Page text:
And in some way, deep, deep down, I do. I certainly think the thought was cool.
(It's slightly possible that she got the cards knowing they were cool enough to trade whether I liked them or not. I haven't had the time to strike up that kind of conversation with her, but we are in a whole other realm of the relationship if that was the case).
Here is one last card that I actually do think is cool, even given his history against the Dodgers:
Yup. Mr. Shot Heard 'Round The World. Signed.
Perhaps you're asking, "but are the autographs real?"
I am pretty sure they are all real. I did some comparing and most of them check out. The Clarks check out (although the Post card looks a bit off). The Brenly and Bass cards look identical. The Thomson card looks similar to a lot of his signed cards. The Kingery card is a provided card with religious information on the back, so I'm sure Kingery handed those out and signed them. The Mitchell and Thompson cards are sloppy but I believe they're real, too.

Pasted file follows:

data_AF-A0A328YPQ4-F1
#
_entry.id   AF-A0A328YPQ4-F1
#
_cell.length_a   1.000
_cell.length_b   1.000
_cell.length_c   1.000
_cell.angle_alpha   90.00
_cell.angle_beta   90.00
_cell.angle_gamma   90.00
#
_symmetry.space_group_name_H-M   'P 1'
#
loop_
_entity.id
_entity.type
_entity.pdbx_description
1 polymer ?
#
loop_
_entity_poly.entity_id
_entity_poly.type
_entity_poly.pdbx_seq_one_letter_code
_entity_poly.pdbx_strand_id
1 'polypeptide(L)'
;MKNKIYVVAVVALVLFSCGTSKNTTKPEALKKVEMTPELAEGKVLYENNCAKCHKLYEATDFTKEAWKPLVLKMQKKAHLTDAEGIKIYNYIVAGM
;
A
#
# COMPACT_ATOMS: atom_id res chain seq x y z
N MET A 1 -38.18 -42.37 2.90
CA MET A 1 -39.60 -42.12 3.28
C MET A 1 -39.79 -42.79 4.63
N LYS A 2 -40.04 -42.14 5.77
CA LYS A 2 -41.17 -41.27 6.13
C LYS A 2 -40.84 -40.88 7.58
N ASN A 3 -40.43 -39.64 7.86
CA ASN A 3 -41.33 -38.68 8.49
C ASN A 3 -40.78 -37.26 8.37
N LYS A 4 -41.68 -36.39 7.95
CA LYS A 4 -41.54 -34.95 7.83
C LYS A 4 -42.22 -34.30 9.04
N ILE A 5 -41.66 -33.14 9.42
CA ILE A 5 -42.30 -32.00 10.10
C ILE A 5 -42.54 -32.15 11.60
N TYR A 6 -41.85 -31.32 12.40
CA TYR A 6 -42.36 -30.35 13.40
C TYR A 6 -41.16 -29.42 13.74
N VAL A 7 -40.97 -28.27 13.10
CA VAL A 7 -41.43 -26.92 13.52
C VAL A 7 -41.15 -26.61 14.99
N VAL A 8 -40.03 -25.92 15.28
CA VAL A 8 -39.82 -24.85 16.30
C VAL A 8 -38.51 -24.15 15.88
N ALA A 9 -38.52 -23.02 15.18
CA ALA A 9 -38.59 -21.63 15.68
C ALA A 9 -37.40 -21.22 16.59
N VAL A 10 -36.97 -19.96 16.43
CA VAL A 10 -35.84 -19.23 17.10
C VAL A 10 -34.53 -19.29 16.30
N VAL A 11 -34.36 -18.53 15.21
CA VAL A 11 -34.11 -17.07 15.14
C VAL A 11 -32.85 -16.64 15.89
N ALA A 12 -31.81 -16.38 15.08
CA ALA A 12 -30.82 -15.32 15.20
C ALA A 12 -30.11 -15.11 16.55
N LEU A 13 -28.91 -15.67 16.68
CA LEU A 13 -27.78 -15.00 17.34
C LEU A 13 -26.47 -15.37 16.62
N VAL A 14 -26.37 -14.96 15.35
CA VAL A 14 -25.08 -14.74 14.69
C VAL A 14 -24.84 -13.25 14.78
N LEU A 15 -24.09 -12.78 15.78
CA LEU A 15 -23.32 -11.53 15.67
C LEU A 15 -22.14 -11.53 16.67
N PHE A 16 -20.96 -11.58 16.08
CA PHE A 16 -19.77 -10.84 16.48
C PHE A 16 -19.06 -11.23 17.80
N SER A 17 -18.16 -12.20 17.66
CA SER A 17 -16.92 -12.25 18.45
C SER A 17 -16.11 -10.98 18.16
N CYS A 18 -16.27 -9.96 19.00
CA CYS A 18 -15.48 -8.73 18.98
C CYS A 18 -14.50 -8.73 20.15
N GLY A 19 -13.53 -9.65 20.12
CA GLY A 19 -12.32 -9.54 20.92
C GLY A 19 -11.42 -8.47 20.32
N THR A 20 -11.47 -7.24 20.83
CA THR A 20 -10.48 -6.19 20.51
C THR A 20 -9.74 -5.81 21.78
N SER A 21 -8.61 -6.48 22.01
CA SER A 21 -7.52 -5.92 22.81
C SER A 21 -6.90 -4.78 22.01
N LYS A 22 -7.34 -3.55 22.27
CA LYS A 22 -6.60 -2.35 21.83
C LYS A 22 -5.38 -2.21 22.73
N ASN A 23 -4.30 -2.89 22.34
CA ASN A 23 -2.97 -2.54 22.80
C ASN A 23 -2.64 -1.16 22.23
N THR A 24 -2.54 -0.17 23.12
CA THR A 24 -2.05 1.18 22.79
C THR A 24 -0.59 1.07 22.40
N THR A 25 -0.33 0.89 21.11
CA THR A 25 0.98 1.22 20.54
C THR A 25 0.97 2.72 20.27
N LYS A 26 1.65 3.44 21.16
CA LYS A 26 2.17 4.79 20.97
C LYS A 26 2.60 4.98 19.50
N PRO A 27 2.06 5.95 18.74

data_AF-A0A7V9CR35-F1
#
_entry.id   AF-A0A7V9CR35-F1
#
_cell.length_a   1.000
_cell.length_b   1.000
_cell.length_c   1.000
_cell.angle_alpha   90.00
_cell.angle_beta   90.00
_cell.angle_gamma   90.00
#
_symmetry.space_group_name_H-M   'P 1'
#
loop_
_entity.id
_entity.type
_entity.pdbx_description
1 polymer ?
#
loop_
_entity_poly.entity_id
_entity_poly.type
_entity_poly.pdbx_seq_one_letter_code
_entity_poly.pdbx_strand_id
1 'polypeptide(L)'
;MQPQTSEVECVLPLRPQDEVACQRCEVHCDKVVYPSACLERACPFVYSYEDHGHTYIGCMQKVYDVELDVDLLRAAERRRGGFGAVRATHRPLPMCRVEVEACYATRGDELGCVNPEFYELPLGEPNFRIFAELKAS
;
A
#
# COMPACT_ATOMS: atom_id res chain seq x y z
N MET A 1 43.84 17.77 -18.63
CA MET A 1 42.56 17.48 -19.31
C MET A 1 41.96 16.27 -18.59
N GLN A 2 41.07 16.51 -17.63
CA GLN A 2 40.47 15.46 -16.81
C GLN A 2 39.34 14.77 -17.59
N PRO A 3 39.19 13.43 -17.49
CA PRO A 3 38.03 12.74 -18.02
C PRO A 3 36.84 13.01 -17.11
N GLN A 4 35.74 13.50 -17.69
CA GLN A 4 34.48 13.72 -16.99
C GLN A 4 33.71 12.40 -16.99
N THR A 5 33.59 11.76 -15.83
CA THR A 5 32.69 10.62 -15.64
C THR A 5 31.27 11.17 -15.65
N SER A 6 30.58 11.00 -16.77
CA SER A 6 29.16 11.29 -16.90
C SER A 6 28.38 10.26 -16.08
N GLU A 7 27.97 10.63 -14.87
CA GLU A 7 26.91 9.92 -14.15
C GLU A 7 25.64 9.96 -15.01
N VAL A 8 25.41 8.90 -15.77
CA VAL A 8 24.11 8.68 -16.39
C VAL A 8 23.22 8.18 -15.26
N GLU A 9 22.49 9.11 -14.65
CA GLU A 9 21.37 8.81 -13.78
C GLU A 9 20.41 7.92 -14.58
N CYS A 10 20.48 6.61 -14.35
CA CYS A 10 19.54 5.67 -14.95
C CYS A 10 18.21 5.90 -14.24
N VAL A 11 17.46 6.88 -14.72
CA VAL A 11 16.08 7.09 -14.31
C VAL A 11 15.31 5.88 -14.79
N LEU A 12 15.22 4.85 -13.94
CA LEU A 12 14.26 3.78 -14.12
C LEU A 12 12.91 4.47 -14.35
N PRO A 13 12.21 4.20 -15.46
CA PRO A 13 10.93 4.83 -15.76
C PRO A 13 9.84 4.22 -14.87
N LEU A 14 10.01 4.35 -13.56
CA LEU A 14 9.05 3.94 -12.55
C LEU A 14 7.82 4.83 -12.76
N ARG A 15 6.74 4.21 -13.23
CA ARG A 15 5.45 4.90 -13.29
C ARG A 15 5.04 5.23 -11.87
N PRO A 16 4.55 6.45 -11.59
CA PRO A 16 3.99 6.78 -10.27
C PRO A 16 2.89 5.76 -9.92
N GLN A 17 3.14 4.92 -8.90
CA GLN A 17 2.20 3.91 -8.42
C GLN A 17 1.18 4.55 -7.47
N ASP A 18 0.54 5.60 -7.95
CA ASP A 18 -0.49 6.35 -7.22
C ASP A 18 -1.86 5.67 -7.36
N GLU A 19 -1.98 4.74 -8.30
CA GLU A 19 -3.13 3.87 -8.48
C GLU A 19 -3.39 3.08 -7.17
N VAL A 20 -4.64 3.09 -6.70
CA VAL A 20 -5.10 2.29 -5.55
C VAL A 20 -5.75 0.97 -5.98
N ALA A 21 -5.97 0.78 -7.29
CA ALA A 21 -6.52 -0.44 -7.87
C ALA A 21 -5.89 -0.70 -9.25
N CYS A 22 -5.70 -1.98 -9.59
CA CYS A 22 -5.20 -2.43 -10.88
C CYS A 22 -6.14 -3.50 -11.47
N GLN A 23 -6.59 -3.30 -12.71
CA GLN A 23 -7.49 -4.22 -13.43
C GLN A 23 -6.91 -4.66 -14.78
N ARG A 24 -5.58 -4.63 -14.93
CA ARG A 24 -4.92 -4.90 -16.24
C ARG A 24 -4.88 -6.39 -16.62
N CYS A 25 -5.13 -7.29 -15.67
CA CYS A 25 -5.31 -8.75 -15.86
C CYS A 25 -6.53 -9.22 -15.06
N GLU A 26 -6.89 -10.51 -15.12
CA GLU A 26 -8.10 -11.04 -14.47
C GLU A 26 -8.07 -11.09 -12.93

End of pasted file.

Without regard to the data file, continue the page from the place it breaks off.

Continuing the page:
At some point, I stopped verifying and threw up my hands. "Damn it, they're all real. And I don't want any of them."
OK, I could keep the Thomson. He did attend a college that my newspaper covers, so that's worth keeping.
The others? Let's hope that Adam is looking for some signed Giants cards from 25 years ago. If not, I know there are about a dozen deluded Will Clark fans out there. I am ready to distribute!
After opening that package, I wanted to lean back on the couch and just absorb what had happened for at least the rest of the day. But there were more presents to open and then all of the other Christmas festivities. So I just shrugged it off and tried not to go back to it.
For awhile, I thought I'd never even write about it. It was that kind of devastating. But you know that's not me. This blog is for my card experiences, every one. And this was an experience.
You know, if I went with her to every craft show, this wouldn't have happened. Maybe she needs to go to every card show with me, too.
Big picture: My wife is trying more than she has ever tried before in terms of actually finding cards for me.
That is definitely something. She tried.
Or maybe I should tell her to stop trying and stick with buying supplies and gift cards. That way, nobody gets hurt.